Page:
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Preeclampsia linked to hyperhomocysteinaemia

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  • pregnancy, homocysteine, blood pressure

Georgia Marrion ● 1 min read

One potential mechanism proposed for the pathogenesis of preeclampsia is elevated homocysteine levels adversely affecting placental functionality, with various data finding a three- to eightfold increase in risk of disease onset associated with hyperhomocysteinaemia.[1,5,6]

Preeclampsia is a disease that affects 3-8% of pregnancies.[1,2] The International Society for the Study of Hypertension in Pregnancy classifies preeclampsia as the onset of high blood pressure (systolic > 140mmHg and / or diastolic > 90mmHg) with proteinuria (>300mg/day urinary protein) after 20-weeks’ gestation.[3] Other comorbidities that can be present include renal insufficiency, liver disease, neurological or haematological dysfunctions and foetal growth restriction.[3]

This serious disorder is a significant contributor to maternal morbidity and mortality, particularly if it progresses to eclampsia, the incidence of convulsive seizures or HELLP syndrome (haemolysis, elevated liver enzyme, low platelets).[1,4,5]

Despite the frequency and severity of the condition, the aetiology of preeclampsia has yet to be confirmed. However, the increased risk of future cardiovascular disease observed in women with a history of preeclampsia suggests similar physiological processes may occur within these disease states.[2,4]

A 2016 prospective case-controlled study found that high maternal homocysteine was an early and independent predictor of both early onset preeclampsia and preeclampsia with IUGR, however a clear dose-dependent relationship was not clear.[2]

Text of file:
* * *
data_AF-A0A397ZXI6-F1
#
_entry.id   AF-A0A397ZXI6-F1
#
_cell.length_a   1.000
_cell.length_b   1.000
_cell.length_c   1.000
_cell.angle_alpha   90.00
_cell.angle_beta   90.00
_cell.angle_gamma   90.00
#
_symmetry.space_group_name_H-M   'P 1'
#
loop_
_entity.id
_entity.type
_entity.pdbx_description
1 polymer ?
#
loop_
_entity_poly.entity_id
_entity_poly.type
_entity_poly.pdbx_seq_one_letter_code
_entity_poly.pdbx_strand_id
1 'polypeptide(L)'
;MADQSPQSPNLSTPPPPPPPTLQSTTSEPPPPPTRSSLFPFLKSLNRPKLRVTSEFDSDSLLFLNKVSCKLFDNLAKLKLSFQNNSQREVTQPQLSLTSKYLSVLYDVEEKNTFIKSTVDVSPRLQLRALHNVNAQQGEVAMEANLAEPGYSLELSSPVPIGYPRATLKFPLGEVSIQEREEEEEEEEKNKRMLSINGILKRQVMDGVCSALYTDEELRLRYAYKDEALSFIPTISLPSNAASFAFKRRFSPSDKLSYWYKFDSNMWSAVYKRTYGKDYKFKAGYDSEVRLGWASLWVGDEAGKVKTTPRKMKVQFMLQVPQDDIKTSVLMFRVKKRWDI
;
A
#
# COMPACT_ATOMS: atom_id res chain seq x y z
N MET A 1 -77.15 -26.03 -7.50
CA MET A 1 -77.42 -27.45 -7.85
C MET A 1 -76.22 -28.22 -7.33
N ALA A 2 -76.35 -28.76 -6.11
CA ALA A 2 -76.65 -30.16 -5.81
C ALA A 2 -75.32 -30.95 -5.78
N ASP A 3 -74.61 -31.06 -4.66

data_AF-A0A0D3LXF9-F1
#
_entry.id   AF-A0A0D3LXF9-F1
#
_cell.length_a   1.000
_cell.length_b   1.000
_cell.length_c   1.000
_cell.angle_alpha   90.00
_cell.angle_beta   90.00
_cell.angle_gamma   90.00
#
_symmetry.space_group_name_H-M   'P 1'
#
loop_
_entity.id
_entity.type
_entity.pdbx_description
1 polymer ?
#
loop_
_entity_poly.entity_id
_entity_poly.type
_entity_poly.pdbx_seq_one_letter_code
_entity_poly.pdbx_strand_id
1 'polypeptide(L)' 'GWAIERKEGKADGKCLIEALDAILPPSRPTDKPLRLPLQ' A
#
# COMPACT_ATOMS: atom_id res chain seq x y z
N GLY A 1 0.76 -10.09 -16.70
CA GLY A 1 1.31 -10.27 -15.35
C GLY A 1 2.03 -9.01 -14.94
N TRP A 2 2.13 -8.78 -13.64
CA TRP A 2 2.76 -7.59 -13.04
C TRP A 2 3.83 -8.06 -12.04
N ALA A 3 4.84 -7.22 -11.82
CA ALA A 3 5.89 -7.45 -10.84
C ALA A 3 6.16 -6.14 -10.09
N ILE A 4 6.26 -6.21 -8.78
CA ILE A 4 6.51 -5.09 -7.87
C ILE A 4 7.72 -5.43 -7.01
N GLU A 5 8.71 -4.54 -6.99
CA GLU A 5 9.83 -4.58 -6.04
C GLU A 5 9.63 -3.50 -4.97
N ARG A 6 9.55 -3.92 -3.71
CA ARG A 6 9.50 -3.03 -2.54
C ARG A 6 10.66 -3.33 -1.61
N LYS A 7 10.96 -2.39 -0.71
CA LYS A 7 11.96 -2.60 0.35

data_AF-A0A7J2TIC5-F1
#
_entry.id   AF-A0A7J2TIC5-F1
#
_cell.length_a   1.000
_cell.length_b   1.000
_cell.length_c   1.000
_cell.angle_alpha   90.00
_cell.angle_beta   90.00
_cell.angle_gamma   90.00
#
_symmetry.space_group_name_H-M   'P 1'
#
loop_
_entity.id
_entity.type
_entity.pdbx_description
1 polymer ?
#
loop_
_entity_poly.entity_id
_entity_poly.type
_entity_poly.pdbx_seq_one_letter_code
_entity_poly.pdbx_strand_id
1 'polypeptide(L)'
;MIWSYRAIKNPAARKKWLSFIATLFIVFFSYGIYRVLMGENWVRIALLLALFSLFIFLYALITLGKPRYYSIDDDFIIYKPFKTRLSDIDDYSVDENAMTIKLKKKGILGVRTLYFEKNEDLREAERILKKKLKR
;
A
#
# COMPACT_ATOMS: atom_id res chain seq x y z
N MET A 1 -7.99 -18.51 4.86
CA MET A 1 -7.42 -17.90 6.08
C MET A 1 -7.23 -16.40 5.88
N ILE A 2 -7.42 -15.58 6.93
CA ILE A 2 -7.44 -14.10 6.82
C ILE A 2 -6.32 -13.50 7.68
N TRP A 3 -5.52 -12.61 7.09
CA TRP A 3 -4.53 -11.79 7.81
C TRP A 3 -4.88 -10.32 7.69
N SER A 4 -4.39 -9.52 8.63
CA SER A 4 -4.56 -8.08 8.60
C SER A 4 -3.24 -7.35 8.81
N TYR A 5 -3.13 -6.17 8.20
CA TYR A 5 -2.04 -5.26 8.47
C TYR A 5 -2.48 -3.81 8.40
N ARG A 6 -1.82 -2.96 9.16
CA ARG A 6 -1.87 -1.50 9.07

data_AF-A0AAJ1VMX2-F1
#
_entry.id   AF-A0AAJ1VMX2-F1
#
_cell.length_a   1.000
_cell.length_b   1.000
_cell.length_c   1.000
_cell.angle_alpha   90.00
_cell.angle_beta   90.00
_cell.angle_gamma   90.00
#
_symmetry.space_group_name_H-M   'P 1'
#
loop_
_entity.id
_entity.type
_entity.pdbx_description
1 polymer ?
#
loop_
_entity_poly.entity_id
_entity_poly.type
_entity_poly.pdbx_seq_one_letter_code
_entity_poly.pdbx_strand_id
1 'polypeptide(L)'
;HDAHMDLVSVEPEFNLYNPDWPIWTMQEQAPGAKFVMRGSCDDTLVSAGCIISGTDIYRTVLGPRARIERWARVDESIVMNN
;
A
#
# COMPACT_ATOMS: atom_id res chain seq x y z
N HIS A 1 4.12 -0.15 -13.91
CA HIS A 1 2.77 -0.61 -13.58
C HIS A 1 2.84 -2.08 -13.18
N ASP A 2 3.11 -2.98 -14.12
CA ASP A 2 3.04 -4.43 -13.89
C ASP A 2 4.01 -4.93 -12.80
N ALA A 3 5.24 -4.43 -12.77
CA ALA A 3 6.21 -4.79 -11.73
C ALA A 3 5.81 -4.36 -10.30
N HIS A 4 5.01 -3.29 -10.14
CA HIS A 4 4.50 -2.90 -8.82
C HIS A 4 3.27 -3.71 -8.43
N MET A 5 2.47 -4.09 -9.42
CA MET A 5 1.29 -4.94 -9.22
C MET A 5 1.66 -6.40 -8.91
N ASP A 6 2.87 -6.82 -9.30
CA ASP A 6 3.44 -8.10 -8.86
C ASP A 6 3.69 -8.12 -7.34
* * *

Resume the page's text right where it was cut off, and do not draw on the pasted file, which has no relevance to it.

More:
This may have a genetic basis, with a positive association observed between the methylenetetrahydrofolate reductase (MTHFR) C677T gene polymorphism and risk of preeclampsia in a 2015 meta-analysis.[1]

Folic acid intake from early pregnancy may be beneficial. Two large prospective cohort studies found that daily folic acid intake in pregnant women, even as low as 0.1mg per day, was associated with a lower rate of preeclampsia onset [4] and a reduced risk of premature birth compared with no folic acid taken.[6]

Further studies are required to determine the role of homocysteine in the aetiology of preeclampsia and the potential impact of folic acid in improving maternal and perinatal outcomes associated with the disease.


  1. Wu X, Yang K, Tang X, et al. Folate metabolism gene polymorphisms MTHFR C677T and A1298C and risk for preeclampsia: a meta-analysis. J Assist Reprod Genet 2015;32:797-805. [Full Text
  2. Cheng PJ, Huang SY, Su SY, et al. Prognostic value of cardiovascular disease risk factors measured in the first-trimester on the severity of preeclampsia. Medicine 2016;95(5):e2653. [Full Text
  3. Tranquilli AL, Dekker G, Magee L, et al. The classification, diagnosis and management of the hypertensive disorders of pregnancy: a revised statement from the ISSHP. Pregnancy Hypertens 2014;4:97-104. [Full Text
  4. Wen SW, Guo Y, Rodger M, et al. Folic acid supplementation in pregnancy and the risk of preeclampsia – a cohort study. PloS 2016;11(2):e0149818. [Full Text
  5. Ge J, Wang J, Zhang F, et al. Correlation between MTHFR gene methylation and preeclampsia, and its clinical significance. Genet Mol Res 2015;14(3):8021-8028. [Full Text
  6. Banhidy F, Dakhlaoui A, Dudas I, et al. Birth outcomes of newborns after folic acid supplementation in pregnant women with early and late preeclampsia: a population-based study. Adv Prev Med 2011;2011:doi:10.4061/2011/127369. [Full Text


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Georgia Marrion

Georgia is a naturopath and nutritionist with 15 years’ experience who specialises in women’s health, particularly hormone imbalance and fertility and conception issues as well as and pregnancy and post-partum support. Georgia runs her own naturopathic and nutritional fertility and women’s health clinical practice and is an experienced health and nutrition writer.